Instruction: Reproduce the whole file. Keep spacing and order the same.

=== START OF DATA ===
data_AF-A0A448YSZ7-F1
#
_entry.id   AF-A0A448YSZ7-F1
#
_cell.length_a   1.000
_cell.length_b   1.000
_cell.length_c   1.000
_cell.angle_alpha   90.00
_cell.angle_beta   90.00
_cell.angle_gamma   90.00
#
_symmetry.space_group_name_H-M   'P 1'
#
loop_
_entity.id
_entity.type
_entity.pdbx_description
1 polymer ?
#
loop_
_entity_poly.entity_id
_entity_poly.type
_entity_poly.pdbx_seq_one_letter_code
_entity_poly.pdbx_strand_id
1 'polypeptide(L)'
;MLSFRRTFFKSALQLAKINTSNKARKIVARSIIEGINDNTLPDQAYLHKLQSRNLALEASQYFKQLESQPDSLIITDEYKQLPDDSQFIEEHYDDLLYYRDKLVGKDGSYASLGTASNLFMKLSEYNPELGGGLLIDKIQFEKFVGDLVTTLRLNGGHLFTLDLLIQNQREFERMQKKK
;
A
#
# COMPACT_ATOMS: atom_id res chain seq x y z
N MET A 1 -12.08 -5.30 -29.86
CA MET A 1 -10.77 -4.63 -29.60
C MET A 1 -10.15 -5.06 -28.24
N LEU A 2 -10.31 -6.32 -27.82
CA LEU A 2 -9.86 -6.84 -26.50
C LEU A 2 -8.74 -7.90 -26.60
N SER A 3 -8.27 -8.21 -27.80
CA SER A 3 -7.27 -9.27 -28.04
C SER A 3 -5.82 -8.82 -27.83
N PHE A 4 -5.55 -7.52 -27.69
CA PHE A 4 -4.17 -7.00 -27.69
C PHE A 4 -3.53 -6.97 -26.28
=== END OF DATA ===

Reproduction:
data_AF-A0A448YSZ7-F1
#
_entry.id   AF-A0A448YSZ7-F1
#
_cell.length_a   1.000
_cell.length_b   1.000
_cell.length_c   1.000
_cell.angle_alpha   90.00
_cell.angle_beta   90.00
_cell.angle_gamma   90.00
#
_symmetry.space_group_name_H-M   'P 1'
#
loop_
_entity.id
_entity.type
_entity.pdbx_description
1 polymer ?
#
loop_
_entity_poly.entity_id
_entity_poly.type
_entity_poly.pdbx_seq_one_letter_code
_entity_poly.pdbx_strand_id
1 'polypeptide(L)'
;MLSFRRTFFKSALQLAKINTSNKARKIVARSIIEGINDNTLPDQAYLHKLQSRNLALEASQYFKQLESQPDSLIITDEYKQLPDDSQFIEEHYDDLLYYRDKLVGKDGSYASLGTASNLFMKLSEYNPELGGGLLIDKIQFEKFVGDLVTTLRLNGGHLFTLDLLIQNQREFERMQKKK
;
A
#
# COMPACT_ATOMS: atom_id res chain seq x y z
N MET A 1 -12.08 -5.30 -29.86
CA MET A 1 -10.77 -4.63 -29.60
C MET A 1 -10.15 -5.06 -28.24
N LEU A 2 -10.31 -6.32 -27.82
CA LEU A 2 -9.86 -6.84 -26.50
C LEU A 2 -8.74 -7.90 -26.60
N SER A 3 -8.27 -8.21 -27.80
CA SER A 3 -7.27 -9.27 -28.04
C SER A 3 -5.82 -8.82 -27.83
N PHE A 4 -5.55 -7.52 -27.69
CA PHE A 4 -4.17 -7.00 -27.69
C PHE A 4 -3.53 -6.97 -26.28